Pretty decent book by the way. Written by the same guy who wrote the Social Network.
5. Be Careful Who You Share Your Private Keys With
Your private keys are the most important part of your crypto assets, and it’s important to keep them safe. Never share your private keys with anyone, and be cautious of anyone who asks for them. Also do not store them online
6. Don’t Store Large Amounts of Crypto in Hot Wallets
Hot wallets are wallets that are connected to the internet, and they’re generally less secure than cold wallets, which are offline. It’s a good idea to only store small amounts of crypto in hot wallets, and to store larger amounts in cold storage, such as a hardware wallet.
8. Don’t Send Funds to Unknown Addresses
It’s important to only send funds to addresses that you know and trust. If you receive a request to send funds to an unknown address, do your own research and verify that it’s a legitimate request before sending any funds.
9. Use a Crypto Exchange with a Good Reputation
When choosing a crypto exchange, it’s important to select one with a good reputation and a track record of security. Look for exchanges that have been around for a while and that have a good reputation in the industry.
Popular crypto address formats
There are several common address formats used for cryptocurrency transactions. The following are some examples of popular address formats:
- Bitcoin Address (P2PKH) Format: A Bitcoin address in this format starts with a 1 and is a 26-35 character string of letters and numbers. This format is used for pay-to-public-key-hash (P2PKH) transactions.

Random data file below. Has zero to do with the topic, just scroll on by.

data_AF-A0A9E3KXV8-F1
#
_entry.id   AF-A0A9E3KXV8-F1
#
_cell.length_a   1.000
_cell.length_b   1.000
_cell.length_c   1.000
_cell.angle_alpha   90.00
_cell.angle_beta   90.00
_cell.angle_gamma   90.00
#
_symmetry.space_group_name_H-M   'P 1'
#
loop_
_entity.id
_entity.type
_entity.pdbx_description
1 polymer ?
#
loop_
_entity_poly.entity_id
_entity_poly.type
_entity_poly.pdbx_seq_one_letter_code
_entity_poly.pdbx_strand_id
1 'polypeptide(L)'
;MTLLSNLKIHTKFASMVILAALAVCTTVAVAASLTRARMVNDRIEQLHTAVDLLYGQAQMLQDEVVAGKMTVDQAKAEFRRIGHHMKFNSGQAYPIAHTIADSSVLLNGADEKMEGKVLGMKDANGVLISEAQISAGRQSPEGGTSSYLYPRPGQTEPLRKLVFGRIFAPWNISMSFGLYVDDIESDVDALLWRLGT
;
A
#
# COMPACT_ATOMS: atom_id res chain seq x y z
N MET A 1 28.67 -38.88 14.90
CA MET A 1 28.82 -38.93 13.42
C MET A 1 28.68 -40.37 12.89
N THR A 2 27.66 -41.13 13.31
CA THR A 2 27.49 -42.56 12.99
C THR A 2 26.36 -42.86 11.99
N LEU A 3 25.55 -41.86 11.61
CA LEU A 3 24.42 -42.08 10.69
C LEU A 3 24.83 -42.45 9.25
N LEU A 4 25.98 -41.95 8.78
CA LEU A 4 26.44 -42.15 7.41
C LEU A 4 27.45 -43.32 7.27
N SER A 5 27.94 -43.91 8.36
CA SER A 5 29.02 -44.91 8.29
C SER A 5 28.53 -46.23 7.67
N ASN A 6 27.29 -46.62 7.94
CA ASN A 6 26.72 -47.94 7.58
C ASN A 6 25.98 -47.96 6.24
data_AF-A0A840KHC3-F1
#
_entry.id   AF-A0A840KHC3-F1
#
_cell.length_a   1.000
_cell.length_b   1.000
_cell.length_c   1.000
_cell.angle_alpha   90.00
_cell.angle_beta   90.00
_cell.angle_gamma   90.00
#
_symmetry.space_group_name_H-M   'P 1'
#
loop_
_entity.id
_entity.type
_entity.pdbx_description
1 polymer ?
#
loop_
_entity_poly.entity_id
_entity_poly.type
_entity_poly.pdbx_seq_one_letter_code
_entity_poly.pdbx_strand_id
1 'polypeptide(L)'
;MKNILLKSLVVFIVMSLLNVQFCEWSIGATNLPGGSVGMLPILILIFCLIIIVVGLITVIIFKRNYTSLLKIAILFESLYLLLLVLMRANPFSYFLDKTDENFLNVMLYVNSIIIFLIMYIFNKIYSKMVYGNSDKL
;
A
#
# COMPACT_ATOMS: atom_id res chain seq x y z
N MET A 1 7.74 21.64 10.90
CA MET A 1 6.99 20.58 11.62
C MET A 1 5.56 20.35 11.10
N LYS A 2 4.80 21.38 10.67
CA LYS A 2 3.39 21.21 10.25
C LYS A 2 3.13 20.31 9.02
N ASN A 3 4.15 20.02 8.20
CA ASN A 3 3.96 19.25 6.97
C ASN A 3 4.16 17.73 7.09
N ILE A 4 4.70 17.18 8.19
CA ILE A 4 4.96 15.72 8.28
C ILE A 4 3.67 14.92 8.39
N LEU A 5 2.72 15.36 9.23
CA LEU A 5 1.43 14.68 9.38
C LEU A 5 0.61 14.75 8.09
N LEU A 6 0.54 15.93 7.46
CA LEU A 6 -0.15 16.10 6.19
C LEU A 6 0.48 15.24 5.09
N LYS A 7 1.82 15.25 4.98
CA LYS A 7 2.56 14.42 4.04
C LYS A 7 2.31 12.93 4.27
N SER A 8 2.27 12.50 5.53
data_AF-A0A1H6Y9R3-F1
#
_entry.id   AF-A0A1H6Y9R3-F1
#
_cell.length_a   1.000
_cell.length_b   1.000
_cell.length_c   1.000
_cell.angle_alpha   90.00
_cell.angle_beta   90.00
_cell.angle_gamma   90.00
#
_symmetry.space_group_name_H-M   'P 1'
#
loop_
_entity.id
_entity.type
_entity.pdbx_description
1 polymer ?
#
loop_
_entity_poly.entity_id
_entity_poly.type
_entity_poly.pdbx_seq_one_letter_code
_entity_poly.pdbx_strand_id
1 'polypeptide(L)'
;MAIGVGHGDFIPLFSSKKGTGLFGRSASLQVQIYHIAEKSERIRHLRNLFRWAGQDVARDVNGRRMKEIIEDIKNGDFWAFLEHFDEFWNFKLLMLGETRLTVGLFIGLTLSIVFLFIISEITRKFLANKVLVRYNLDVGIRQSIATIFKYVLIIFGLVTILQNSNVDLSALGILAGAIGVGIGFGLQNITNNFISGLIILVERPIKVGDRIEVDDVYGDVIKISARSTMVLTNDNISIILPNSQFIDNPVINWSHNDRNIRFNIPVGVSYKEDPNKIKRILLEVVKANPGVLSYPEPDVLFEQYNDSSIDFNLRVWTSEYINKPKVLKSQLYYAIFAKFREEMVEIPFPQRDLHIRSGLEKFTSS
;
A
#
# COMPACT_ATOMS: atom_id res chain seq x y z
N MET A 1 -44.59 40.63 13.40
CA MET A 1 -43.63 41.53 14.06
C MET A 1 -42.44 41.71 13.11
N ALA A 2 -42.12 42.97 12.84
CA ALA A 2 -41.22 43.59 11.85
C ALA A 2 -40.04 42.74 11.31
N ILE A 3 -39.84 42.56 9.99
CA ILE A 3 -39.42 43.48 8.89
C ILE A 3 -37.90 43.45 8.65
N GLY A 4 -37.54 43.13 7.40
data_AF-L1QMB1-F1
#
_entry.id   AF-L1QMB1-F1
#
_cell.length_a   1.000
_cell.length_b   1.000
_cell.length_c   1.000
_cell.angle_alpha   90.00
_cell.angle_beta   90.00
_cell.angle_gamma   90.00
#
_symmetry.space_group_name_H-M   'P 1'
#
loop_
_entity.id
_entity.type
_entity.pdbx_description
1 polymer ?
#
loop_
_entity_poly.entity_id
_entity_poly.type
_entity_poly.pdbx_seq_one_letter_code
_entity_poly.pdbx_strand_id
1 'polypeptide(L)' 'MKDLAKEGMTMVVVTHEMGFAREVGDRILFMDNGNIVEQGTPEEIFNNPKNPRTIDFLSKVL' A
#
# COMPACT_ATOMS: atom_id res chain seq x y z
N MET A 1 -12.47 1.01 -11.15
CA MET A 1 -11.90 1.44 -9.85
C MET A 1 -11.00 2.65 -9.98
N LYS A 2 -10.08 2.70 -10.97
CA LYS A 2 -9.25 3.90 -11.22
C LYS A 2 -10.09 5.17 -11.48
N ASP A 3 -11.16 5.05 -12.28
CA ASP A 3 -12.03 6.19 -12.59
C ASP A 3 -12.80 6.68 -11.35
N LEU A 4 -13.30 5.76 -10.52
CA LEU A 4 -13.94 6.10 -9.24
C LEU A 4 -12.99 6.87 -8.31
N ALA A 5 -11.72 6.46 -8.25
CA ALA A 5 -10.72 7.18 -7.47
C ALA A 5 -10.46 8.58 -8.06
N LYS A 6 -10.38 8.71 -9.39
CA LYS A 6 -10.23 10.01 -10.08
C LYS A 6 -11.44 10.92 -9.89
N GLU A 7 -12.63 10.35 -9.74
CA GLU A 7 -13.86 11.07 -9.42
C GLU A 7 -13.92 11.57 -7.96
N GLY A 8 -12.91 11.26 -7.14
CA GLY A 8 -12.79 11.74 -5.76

- Ethereum Address Format: An Ethereum address starts with 0x and is a 40 character string of letters and numbers. This format is used for Ethereum and other ERC-20 tokens.
- Ripple Address Format: A Ripple address starts with r and is a 25-35 character string of letters and numbers. This format is used for Ripple and other XRP-based tokens.
- Litecoin Address Format: A Litecoin address starts with L or M and is a 26-35 character string of letters and numbers. This format is used for Litecoin and other Scrypt-based tokens.
- Bitcoin Cash Address Format: A Bitcoin Cash address can start with either bitcoincash: or q, and is a 42-54 character string of letters and numbers. This format is used for Bitcoin Cash and other Bitcoin Cash-based tokens.
These are just a few examples of the different address formats used for cryptocurrencies.
- A crypto address is a unique string of characters that represents a specific wallet on a blockchain network.
- There are several different types of crypto addresses, such as Bitcoin, Ethereum, Polkadot, Paxos, and many more.
- There are several main types of wallets, including hardware wallets, paper wallets, desktop wallets, mobile wallets, and web wallets.
- Custodial wallets are managed by a third party, while non-custodial wallets give you complete control over your own private keys.
- Private and public keys are used to access and manage your crypto assets. A private key is a secret code that’s used to access your assets, and a public key is a version of your private key that’s been mathematically derived from it.
- It’s important to make sure you’re sending your crypto assets to the correct network, or they may be lost forever.
I hope this article has helped you to understand the basics of crypto addresses and wallets. If you have any further questions or would like to learn more about these topics, please don’t hesitate to ask. Remember, it’s always a good idea to do your own research and stay up-to-date with the latest developments in the crypto space. Good luck on your crypto journey!
If you are wondering what to read next I recommend you understand why cryptocurrency holds value in the first place.